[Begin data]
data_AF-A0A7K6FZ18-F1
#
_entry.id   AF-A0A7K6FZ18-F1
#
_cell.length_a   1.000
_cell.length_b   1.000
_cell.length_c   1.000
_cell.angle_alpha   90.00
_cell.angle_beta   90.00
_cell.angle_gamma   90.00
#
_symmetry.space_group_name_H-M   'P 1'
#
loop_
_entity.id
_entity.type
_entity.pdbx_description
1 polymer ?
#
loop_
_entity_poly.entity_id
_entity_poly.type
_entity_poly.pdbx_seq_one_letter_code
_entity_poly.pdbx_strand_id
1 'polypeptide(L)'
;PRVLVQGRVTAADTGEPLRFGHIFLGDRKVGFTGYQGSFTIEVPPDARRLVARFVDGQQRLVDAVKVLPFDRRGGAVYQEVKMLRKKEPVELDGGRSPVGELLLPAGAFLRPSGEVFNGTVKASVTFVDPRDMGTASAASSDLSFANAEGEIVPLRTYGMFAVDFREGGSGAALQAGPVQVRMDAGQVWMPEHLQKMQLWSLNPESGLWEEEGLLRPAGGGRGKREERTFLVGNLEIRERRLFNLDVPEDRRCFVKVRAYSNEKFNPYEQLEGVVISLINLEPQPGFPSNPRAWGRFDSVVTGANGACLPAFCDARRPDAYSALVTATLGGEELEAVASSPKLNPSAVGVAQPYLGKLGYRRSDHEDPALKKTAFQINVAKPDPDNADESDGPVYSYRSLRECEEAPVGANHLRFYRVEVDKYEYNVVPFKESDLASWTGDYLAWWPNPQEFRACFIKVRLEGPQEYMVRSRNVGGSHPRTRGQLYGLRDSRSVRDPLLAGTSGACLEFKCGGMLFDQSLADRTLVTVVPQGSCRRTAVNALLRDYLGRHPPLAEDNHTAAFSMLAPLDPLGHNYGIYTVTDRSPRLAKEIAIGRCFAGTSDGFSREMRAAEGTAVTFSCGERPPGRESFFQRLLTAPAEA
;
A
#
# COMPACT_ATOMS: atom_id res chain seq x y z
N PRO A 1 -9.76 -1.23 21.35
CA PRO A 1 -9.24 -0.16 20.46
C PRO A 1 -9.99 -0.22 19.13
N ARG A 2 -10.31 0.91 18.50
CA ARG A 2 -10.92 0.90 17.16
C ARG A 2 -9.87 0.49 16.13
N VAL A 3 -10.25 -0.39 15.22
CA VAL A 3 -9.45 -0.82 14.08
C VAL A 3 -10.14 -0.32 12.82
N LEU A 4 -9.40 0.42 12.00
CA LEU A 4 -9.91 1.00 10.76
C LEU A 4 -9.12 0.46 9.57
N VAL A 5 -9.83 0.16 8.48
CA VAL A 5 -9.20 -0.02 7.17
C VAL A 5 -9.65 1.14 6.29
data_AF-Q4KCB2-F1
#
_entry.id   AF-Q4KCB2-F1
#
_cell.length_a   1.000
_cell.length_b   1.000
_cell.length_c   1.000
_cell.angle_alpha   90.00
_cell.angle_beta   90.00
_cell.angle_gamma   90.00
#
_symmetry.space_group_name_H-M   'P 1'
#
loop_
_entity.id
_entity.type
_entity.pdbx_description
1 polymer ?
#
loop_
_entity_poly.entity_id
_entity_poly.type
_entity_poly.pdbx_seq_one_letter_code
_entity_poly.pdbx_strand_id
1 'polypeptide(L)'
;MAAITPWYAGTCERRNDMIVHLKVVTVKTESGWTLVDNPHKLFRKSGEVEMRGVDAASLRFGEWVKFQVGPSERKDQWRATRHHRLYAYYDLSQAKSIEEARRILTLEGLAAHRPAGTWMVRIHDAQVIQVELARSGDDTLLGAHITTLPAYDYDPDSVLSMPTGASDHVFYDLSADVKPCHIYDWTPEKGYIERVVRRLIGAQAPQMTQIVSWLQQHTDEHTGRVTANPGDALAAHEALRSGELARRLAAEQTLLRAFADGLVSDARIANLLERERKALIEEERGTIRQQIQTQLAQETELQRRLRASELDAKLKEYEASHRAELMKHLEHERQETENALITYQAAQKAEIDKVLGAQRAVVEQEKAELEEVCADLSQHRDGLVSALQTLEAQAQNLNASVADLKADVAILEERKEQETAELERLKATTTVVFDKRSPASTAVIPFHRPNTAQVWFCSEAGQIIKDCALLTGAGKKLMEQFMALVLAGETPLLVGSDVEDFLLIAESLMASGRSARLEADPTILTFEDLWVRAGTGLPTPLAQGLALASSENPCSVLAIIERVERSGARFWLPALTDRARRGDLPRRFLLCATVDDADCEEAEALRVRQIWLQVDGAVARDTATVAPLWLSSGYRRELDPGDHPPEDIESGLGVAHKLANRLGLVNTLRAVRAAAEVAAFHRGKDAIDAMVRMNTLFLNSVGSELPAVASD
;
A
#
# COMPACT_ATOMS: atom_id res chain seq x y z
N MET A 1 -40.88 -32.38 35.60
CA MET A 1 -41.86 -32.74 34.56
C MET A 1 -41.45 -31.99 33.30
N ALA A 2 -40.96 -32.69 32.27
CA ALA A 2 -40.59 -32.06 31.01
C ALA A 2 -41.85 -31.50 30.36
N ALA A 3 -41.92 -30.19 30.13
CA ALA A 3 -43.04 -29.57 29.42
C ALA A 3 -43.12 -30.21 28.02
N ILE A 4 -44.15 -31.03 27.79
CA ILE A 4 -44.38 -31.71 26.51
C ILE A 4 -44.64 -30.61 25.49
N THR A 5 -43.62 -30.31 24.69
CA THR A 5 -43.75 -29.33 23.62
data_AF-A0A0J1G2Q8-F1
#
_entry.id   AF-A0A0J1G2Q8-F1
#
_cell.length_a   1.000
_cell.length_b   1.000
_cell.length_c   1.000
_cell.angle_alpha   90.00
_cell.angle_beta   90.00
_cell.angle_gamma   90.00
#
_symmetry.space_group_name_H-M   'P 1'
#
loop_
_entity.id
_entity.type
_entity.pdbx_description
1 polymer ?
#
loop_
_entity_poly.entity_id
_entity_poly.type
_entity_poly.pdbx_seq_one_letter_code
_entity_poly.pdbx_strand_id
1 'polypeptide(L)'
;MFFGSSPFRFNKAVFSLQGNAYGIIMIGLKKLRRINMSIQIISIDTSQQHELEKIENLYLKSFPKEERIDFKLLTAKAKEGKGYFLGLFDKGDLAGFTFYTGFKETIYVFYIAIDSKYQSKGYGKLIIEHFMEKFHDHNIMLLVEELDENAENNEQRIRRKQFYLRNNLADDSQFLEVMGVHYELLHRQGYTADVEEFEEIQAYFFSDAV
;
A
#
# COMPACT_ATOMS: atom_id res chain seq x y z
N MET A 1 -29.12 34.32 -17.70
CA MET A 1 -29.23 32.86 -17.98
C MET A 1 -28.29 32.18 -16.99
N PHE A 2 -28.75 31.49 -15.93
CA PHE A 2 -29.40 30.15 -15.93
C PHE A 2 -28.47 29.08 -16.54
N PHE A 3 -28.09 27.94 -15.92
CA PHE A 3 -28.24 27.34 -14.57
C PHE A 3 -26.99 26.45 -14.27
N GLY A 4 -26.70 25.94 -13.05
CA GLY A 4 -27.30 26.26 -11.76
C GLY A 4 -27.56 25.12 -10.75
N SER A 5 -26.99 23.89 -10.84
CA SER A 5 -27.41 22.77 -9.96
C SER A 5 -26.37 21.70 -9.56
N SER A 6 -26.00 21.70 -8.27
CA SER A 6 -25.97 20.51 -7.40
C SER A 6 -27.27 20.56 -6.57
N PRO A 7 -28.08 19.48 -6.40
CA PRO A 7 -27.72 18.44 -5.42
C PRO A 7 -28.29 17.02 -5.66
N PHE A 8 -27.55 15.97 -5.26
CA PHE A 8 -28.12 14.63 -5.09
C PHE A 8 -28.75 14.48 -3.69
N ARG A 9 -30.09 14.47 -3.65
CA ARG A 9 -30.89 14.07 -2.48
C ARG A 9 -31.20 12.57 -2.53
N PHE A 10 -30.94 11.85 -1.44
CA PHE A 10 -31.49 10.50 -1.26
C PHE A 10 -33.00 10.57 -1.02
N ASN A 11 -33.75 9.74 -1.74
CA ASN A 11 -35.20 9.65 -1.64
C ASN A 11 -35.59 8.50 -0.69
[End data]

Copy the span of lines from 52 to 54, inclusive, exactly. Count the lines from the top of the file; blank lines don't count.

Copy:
_cell.length_c   1.000
_cell.angle_alpha   90.00
_cell.angle_beta   90.00